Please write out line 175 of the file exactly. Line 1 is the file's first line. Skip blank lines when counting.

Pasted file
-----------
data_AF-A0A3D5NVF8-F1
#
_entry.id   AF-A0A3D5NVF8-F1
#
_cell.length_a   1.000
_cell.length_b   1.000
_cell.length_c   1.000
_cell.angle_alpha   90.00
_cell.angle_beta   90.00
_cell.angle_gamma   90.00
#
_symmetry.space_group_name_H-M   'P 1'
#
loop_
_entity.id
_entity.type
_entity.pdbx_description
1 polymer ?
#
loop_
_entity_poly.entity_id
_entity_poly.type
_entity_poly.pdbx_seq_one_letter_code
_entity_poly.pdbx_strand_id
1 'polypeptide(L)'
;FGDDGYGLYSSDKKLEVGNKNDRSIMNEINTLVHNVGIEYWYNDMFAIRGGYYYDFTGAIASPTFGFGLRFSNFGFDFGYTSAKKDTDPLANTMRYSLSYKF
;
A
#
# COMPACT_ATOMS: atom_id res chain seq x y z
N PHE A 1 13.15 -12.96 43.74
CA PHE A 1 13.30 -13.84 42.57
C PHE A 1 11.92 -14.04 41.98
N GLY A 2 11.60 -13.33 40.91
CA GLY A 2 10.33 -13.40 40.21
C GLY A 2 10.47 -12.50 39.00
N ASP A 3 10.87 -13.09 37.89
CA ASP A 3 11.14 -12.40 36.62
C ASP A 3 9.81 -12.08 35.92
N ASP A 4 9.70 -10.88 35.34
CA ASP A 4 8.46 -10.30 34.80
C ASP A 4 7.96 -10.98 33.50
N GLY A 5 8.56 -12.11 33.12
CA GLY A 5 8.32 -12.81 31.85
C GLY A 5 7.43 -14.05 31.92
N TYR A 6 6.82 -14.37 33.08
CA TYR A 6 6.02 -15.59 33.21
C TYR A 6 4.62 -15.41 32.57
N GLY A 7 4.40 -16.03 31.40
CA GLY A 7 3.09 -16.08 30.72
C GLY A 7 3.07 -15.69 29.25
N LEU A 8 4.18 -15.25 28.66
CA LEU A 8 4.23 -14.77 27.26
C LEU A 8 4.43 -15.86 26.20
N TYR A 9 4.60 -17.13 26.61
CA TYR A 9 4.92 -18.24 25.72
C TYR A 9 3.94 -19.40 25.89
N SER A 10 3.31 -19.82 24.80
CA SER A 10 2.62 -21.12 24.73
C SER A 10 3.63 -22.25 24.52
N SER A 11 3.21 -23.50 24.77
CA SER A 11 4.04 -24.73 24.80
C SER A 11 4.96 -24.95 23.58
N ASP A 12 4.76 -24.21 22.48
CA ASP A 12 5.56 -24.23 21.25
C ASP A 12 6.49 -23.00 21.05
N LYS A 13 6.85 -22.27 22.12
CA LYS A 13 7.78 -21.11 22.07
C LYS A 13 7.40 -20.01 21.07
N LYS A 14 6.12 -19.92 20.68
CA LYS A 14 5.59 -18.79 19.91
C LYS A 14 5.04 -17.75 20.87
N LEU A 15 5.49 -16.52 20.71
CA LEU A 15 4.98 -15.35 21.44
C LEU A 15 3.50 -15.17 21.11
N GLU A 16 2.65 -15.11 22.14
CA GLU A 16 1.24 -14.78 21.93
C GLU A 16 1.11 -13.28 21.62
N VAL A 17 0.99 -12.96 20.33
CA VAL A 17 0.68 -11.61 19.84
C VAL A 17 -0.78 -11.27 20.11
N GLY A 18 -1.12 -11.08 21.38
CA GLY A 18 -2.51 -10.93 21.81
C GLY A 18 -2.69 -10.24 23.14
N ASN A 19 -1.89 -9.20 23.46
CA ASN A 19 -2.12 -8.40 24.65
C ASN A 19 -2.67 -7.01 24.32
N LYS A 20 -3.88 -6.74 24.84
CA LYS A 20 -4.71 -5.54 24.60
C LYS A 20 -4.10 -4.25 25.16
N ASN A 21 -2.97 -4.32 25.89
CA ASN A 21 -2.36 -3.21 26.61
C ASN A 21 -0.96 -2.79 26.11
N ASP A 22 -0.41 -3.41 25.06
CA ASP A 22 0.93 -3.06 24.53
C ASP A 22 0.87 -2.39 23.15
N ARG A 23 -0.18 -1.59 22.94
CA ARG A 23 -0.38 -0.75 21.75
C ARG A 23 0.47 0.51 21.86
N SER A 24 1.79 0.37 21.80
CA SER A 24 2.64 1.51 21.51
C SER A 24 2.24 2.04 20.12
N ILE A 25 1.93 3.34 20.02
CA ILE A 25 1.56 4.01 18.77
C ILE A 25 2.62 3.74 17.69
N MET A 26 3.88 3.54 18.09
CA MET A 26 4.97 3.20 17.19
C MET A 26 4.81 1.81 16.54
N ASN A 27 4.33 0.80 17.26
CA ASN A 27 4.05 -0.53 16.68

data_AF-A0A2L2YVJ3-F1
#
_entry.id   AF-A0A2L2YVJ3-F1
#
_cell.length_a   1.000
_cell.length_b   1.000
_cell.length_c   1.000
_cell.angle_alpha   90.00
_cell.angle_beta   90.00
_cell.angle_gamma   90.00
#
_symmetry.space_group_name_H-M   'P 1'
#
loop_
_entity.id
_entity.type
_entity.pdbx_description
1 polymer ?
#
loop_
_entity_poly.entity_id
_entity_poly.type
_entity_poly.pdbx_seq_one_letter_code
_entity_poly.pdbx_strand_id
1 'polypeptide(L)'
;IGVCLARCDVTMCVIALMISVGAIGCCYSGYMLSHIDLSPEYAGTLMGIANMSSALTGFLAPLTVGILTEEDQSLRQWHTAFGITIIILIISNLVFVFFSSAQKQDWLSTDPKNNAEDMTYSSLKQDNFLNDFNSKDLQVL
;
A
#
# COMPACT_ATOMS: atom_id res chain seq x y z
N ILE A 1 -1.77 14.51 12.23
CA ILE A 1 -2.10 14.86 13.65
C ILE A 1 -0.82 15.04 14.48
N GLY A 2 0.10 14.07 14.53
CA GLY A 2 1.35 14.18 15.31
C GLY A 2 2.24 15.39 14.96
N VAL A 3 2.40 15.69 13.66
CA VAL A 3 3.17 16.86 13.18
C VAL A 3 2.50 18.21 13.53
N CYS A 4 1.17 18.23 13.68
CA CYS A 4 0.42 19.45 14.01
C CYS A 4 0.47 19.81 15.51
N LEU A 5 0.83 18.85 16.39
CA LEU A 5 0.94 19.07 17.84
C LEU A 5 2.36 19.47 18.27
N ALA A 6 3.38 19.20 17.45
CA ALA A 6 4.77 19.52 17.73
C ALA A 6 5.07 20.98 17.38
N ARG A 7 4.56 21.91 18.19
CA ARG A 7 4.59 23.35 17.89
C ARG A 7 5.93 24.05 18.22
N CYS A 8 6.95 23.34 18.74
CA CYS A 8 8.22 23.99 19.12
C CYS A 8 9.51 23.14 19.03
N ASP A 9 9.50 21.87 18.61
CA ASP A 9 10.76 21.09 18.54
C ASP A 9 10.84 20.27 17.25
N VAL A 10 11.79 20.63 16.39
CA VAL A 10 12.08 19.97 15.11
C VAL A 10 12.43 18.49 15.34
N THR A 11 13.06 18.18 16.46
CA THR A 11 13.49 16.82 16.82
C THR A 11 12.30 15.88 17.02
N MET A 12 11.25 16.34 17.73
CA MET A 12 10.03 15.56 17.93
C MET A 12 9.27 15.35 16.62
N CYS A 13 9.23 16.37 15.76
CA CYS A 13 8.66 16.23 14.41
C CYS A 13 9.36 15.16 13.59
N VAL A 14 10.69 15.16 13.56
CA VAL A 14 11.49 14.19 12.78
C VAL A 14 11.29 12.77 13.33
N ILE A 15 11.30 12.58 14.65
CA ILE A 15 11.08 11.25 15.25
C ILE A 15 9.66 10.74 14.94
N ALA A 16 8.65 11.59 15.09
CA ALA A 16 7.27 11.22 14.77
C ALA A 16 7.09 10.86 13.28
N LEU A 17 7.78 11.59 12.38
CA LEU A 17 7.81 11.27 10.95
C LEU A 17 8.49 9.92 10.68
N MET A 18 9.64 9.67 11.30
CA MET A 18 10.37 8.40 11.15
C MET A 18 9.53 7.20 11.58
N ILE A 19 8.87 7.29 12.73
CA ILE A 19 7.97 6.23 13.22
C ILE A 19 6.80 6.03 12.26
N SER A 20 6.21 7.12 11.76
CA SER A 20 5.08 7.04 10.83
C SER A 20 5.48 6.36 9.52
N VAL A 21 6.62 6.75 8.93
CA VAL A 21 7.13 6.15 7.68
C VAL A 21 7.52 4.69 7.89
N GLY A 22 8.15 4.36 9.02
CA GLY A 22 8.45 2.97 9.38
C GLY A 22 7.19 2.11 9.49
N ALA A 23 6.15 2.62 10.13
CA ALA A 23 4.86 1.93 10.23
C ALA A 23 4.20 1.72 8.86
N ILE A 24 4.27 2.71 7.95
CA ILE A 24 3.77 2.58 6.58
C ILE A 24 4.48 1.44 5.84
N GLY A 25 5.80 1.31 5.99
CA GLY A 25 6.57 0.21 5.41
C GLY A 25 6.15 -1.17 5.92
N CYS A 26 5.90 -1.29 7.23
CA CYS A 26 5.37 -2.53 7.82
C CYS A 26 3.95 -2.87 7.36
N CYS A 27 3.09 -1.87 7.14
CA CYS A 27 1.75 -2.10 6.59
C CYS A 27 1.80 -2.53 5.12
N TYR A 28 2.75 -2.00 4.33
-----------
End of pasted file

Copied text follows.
CA MET A 12 10.03 15.56 17.93